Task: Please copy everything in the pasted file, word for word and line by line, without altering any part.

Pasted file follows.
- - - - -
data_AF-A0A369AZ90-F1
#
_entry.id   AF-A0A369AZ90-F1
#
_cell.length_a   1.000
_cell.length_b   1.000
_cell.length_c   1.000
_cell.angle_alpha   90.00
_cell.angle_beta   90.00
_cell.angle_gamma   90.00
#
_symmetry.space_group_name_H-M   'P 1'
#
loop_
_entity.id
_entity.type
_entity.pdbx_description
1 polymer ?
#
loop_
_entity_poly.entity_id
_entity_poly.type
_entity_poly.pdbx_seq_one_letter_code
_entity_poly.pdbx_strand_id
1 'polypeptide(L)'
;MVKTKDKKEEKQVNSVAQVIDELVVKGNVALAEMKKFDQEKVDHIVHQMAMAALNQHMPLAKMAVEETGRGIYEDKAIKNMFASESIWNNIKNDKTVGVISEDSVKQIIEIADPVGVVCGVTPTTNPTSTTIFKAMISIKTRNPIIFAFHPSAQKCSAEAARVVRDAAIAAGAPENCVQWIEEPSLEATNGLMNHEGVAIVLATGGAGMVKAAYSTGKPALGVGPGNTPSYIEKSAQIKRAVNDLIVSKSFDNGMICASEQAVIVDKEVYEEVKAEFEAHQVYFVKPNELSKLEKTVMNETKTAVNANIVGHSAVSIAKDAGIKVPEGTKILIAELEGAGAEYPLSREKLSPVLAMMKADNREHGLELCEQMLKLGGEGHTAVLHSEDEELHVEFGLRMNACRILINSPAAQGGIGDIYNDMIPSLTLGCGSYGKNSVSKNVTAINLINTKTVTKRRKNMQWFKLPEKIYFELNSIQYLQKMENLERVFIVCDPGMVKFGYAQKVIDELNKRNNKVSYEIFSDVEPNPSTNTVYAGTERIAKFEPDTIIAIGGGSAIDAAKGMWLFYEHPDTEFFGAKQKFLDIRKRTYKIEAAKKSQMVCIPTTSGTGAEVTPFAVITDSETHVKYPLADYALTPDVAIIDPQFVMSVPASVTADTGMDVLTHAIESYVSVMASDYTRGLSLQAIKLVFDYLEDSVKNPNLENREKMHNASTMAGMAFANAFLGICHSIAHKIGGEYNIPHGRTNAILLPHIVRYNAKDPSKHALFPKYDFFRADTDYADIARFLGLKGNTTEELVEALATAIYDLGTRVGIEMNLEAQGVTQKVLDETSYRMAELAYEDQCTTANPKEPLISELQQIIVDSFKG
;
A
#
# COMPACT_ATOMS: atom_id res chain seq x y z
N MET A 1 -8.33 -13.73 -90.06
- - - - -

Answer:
data_AF-A0A369AZ90-F1
#
_entry.id   AF-A0A369AZ90-F1
#
_cell.length_a   1.000
_cell.length_b   1.000
_cell.length_c   1.000
_cell.angle_alpha   90.00
_cell.angle_beta   90.00
_cell.angle_gamma   90.00
#
_symmetry.space_group_name_H-M   'P 1'
#
loop_
_entity.id
_entity.type
_entity.pdbx_description
1 polymer ?
#
loop_
_entity_poly.entity_id
_entity_poly.type
_entity_poly.pdbx_seq_one_letter_code
_entity_poly.pdbx_strand_id
1 'polypeptide(L)'
;MVKTKDKKEEKQVNSVAQVIDELVVKGNVALAEMKKFDQEKVDHIVHQMAMAALNQHMPLAKMAVEETGRGIYEDKAIKNMFASESIWNNIKNDKTVGVISEDSVKQIIEIADPVGVVCGVTPTTNPTSTTIFKAMISIKTRNPIIFAFHPSAQKCSAEAARVVRDAAIAAGAPENCVQWIEEPSLEATNGLMNHEGVAIVLATGGAGMVKAAYSTGKPALGVGPGNTPSYIEKSAQIKRAVNDLIVSKSFDNGMICASEQAVIVDKEVYEEVKAEFEAHQVYFVKPNELSKLEKTVMNETKTAVNANIVGHSAVSIAKDAGIKVPEGTKILIAELEGAGAEYPLSREKLSPVLAMMKADNREHGLELCEQMLKLGGEGHTAVLHSEDEELHVEFGLRMNACRILINSPAAQGGIGDIYNDMIPSLTLGCGSYGKNSVSKNVTAINLINTKTVTKRRKNMQWFKLPEKIYFELNSIQYLQKMENLERVFIVCDPGMVKFGYAQKVIDELNKRNNKVSYEIFSDVEPNPSTNTVYAGTERIAKFEPDTIIAIGGGSAIDAAKGMWLFYEHPDTEFFGAKQKFLDIRKRTYKIEAAKKSQMVCIPTTSGTGAEVTPFAVITDSETHVKYPLADYALTPDVAIIDPQFVMSVPASVTADTGMDVLTHAIESYVSVMASDYTRGLSLQAIKLVFDYLEDSVKNPNLENREKMHNASTMAGMAFANAFLGICHSIAHKIGGEYNIPHGRTNAILLPHIVRYNAKDPSKHALFPKYDFFRADTDYADIARFLGLKGNTTEELVEALATAIYDLGTRVGIEMNLEAQGVTQKVLDETSYRMAELAYEDQCTTANPKEPLISELQQIIVDSFKG
;
A
#
# COMPACT_ATOMS: atom_id res chain seq x y z
N MET A 1 -8.33 -13.73 -90.06